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This is a purely mathematical question on RSA encryption.

Having $e$ as the public key exponent and $n$ the modulus of a public key. Can I recover the md5sum of the private key $d$ (inverse of $d$ according to the modulus.)

Thanks for your help.

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Besides the quite obvious issue with regards to recovering the private exponent (or CRT parameters) first, you can only create a hash over a binary representation of a key. Sometimes a hash over the modulus of a key pair is used as identifier, you might mean that... – Maarten Bodewes May 10 '15 at 19:05
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The standard definition of RSA (PKCS#1) has two formats for a private key corresponding to public key $(n,e)$ with $n=p\;q$ where $p$ and $q$ are distinct odd primes:

  • $(n,d)$ where $e\;d\equiv 1\pmod{\operatorname{lcm}(p-1,q-1)}$ and $0<d<n$, from which it follows there are at least two private keys in this format;
  • $(p,q,dp,dq,qInv)$ where $e\;dp\equiv 1\pmod{(p-1)}\;$, $e\;dq\equiv 1\pmod{(q-1)}\;$, $q\;qInv\equiv 1\pmod p$ and $0<dp<p\;$, $0<dq<q\;$, $0<qInv<p\;$; both orders of $p$ and $q$ are valid, and there are two private keys in this format.

There is a single, well defined DER encoding of each of these at least 4 private keys corresponding to public key $(n,e)$. Each will most likely have a distinct MD5 hash. Hence " the md5sum of the private key " asked in the question's title is not well defined.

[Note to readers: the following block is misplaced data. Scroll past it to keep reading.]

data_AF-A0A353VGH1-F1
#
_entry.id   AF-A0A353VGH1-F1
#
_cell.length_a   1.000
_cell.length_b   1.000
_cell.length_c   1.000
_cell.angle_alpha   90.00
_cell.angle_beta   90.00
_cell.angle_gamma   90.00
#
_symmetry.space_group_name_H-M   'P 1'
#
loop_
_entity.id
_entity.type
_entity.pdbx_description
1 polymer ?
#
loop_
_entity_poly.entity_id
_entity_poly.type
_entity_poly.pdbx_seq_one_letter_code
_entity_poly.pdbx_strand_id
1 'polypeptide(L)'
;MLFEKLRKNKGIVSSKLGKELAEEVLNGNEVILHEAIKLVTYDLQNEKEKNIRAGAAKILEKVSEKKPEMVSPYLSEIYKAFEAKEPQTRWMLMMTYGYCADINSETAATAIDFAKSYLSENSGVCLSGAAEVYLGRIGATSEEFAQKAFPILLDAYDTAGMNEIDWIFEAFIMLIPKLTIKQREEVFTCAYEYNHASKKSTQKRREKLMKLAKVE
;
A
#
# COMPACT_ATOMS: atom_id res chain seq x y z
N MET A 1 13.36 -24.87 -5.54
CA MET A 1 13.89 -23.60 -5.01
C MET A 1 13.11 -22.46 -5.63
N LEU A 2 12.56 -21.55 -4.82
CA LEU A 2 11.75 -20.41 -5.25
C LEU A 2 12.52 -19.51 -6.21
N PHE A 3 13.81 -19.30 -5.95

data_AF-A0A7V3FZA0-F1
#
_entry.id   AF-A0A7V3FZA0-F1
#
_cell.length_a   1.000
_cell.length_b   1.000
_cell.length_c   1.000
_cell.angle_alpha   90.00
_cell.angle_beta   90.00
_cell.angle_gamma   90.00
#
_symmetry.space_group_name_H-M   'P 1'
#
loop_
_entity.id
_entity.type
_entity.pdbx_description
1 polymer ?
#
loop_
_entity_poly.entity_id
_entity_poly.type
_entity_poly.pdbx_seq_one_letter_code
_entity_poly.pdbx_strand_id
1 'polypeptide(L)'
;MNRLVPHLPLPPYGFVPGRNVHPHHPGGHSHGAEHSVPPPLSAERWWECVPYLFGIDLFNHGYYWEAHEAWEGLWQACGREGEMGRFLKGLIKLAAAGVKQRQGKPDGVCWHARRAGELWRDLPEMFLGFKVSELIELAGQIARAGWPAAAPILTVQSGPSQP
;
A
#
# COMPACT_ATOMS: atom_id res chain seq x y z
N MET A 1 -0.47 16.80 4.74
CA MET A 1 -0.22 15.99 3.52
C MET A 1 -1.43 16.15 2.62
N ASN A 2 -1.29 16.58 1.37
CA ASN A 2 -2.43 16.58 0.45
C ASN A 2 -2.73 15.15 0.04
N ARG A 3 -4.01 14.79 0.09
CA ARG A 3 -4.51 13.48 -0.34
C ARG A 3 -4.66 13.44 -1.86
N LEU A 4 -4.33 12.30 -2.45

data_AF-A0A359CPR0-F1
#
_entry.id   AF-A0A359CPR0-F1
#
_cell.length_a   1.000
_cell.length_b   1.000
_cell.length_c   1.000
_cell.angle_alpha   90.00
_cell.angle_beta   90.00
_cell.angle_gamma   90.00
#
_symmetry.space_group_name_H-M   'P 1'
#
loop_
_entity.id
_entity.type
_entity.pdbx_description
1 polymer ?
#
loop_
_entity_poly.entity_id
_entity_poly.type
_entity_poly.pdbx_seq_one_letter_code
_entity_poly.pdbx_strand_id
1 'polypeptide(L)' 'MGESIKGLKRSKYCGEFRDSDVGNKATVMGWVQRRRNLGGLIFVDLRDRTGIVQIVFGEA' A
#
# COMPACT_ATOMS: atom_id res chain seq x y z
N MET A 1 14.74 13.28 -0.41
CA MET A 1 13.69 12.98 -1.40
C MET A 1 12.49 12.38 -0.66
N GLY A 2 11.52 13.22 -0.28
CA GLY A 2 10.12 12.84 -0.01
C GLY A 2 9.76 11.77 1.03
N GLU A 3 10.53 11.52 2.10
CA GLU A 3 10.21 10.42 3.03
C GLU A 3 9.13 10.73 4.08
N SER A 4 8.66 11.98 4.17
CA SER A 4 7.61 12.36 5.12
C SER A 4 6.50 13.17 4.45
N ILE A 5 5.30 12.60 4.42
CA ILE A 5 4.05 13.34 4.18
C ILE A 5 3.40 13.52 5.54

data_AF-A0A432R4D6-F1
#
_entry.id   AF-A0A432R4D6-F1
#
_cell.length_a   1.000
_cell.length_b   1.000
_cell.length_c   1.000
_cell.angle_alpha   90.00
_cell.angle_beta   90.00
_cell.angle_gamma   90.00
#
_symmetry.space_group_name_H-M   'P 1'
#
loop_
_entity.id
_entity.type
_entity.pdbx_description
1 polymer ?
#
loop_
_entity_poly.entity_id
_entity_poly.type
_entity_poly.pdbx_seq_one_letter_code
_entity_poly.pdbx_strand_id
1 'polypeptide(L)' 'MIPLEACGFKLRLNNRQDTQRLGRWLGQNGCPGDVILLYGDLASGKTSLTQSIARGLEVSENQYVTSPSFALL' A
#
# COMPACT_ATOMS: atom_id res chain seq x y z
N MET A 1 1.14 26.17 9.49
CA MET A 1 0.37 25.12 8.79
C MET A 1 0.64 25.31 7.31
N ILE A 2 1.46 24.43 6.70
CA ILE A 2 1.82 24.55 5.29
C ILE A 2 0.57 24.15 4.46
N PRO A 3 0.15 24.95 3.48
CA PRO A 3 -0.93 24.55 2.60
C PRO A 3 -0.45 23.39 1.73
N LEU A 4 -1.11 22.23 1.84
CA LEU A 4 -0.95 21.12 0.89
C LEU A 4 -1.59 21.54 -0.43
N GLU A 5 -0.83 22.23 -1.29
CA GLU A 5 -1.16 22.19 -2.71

Neither is " the md5sum of the private key $d$ " of the question's body well defined: we have several $d$, the question does not define which $d$, nor the meaning of md5sum applied to an integer (notice that MD5 is defined for bitstrings, but there are several integer-to-bitstring conversion conventions around; and md5sum is only defined for bytestrings, and there are even more integer-to-bytestring conversion conventions around).

We could polish the question so that it asks for something well-defined, like the MD5 (or equivalently md5sum) hash of the shortest bytestring holding a big-endian binary representation of the smallest $d$ making $(n,d)$ a working private key, and that would mathematically be a computable function of any $(n,e)$ forming a valid public key. However the most efficient known method to compute this function (see below) factors $n$, and is thus impractical for practically useful public keys $(n,e)$.

If we can factor $n$, we can efficiently compute $\lambda(n)\;$ , the Charmichael function, with $\lambda(n)=\operatorname{lcm}(p-1,q-1)$ when $n$ factors as $p\;q$ with $p$ and $q$ distinct primes. If further $(n,e)$ is a valid public key then we can then efficiently compute the uniquely defined $d=e^{-1}\bmod\lambda(n)$ with $0<d<\lambda(n)$, and efficiently compute its MD5 hash or md5sum using some specified convention.

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I understand it is possible to factore n if we find another key that has the same GCD, is there a tool online that could process that? – user3714670 May 12 '15 at 13:53

You cannot get a hash over the entire private key if you've just got $n$ and $e$. You can however create a hash over the modulus $n$. This is sometimes used as identifier for keys within a key pair, e.g. in PKCS#11. Usually SHA-1 is used however, not MD5.

The modulus is unique for RSA key pairs and links the public key and private key together.

md5sum is a GNU utility that performs MD5, it's not an algorithm in itself.

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You can't.

Recovering the md5sum of the private key means uncovering the private key, which is considered impossible for large values of $n$.

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Technically, I am not aware of any proof that you can't. It is however highly plausible that this is impossible. – yyyyyyy May 10 '15 at 21:02

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